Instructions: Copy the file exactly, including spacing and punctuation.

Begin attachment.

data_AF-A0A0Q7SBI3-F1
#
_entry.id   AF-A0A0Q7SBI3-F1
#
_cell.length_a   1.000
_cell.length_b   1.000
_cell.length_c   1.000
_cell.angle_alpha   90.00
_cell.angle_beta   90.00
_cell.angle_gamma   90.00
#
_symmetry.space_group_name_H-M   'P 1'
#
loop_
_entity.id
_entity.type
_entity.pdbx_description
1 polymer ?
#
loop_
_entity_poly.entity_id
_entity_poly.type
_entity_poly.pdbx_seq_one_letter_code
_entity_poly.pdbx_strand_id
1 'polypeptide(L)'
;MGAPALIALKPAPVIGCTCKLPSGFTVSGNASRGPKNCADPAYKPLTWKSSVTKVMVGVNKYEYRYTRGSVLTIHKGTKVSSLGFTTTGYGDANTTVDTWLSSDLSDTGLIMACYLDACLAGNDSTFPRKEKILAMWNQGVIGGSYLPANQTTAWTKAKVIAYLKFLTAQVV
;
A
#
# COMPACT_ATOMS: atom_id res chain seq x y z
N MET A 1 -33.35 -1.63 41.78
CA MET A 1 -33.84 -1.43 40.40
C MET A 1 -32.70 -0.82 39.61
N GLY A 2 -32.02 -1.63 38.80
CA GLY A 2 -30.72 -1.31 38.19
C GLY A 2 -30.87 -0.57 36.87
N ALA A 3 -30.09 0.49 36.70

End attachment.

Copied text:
data_AF-A0A0Q7SBI3-F1
#
_entry.id   AF-A0A0Q7SBI3-F1
#
_cell.length_a   1.000
_cell.length_b   1.000
_cell.length_c   1.000
_cell.angle_alpha   90.00
_cell.angle_beta   90.00
_cell.angle_gamma   90.00
#
_symmetry.space_group_name_H-M   'P 1'
#
loop_
_entity.id
_entity.type
_entity.pdbx_description
1 polymer ?
#
loop_
_entity_poly.entity_id
_entity_poly.type
_entity_poly.pdbx_seq_one_letter_code
_entity_poly.pdbx_strand_id
1 'polypeptide(L)'
;MGAPALIALKPAPVIGCTCKLPSGFTVSGNASRGPKNCADPAYKPLTWKSSVTKVMVGVNKYEYRYTRGSVLTIHKGTKVSSLGFTTTGYGDANTTVDTWLSSDLSDTGLIMACYLDACLAGNDSTFPRKEKILAMWNQGVIGGSYLPANQTTAWTKAKVIAYLKFLTAQVV
;
A
#
# COMPACT_ATOMS: atom_id res chain seq x y z
N MET A 1 -33.35 -1.63 41.78
CA MET A 1 -33.84 -1.43 40.40
C MET A 1 -32.70 -0.82 39.61
N GLY A 2 -32.02 -1.63 38.80
CA GLY A 2 -30.72 -1.31 38.19
C GLY A 2 -30.87 -0.57 36.87
N ALA A 3 -30.09 0.49 36.70